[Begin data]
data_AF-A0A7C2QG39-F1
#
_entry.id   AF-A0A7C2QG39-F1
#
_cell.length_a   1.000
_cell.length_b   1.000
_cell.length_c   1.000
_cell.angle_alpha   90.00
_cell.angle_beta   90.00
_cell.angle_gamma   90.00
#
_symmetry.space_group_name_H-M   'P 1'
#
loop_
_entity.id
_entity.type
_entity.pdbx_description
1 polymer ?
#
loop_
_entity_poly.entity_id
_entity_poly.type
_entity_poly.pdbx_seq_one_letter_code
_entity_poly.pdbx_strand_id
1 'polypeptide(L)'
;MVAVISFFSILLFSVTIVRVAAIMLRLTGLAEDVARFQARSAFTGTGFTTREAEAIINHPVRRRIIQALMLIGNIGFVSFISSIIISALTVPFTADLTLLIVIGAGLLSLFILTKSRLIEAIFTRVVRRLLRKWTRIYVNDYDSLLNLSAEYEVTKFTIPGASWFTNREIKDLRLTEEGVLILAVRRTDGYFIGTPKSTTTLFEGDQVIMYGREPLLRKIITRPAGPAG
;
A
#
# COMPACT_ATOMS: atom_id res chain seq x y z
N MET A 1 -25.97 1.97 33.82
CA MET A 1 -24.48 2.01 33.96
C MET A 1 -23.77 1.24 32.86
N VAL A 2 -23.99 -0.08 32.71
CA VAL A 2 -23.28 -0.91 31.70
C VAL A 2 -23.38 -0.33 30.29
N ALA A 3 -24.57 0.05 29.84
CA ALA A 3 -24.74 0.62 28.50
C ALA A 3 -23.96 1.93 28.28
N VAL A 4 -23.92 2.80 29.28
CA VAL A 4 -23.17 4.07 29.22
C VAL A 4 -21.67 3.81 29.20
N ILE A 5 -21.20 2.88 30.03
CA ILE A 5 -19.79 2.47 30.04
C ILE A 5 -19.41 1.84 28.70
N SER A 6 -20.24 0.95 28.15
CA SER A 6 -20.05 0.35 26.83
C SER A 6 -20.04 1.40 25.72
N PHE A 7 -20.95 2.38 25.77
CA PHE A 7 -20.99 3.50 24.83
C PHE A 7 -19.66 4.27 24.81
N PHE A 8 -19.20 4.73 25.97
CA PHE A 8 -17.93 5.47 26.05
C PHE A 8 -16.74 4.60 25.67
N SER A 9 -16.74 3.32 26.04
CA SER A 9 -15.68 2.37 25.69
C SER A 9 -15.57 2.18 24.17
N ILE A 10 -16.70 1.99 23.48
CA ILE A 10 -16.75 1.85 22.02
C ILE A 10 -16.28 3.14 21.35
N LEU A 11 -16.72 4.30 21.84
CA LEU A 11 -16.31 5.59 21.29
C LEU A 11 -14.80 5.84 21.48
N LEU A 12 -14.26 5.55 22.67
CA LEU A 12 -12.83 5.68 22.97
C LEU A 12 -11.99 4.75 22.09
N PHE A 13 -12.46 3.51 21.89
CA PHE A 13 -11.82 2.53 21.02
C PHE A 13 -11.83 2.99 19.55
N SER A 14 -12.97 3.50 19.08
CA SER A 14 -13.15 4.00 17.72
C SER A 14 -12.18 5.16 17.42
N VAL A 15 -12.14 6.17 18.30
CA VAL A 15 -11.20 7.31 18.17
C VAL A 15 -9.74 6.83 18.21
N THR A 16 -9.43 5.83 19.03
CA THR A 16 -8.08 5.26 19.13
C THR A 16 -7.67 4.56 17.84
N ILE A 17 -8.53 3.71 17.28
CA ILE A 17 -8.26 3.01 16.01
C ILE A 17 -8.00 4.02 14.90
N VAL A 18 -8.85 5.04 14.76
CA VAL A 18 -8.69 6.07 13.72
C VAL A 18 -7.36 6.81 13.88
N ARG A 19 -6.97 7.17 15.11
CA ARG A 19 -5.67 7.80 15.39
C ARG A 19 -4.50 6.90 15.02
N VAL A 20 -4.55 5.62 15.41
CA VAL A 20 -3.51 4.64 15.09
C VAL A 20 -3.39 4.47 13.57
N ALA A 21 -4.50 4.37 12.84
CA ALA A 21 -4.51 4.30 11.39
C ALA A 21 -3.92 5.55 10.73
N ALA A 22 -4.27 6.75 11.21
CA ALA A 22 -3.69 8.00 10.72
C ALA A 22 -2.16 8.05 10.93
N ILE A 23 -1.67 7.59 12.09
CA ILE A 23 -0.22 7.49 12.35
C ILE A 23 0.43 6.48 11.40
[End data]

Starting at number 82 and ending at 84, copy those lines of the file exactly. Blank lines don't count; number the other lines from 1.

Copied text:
N VAL A 18 -8.85 5.04 14.76
CA VAL A 18 -8.69 6.07 13.72
C VAL A 18 -7.36 6.81 13.88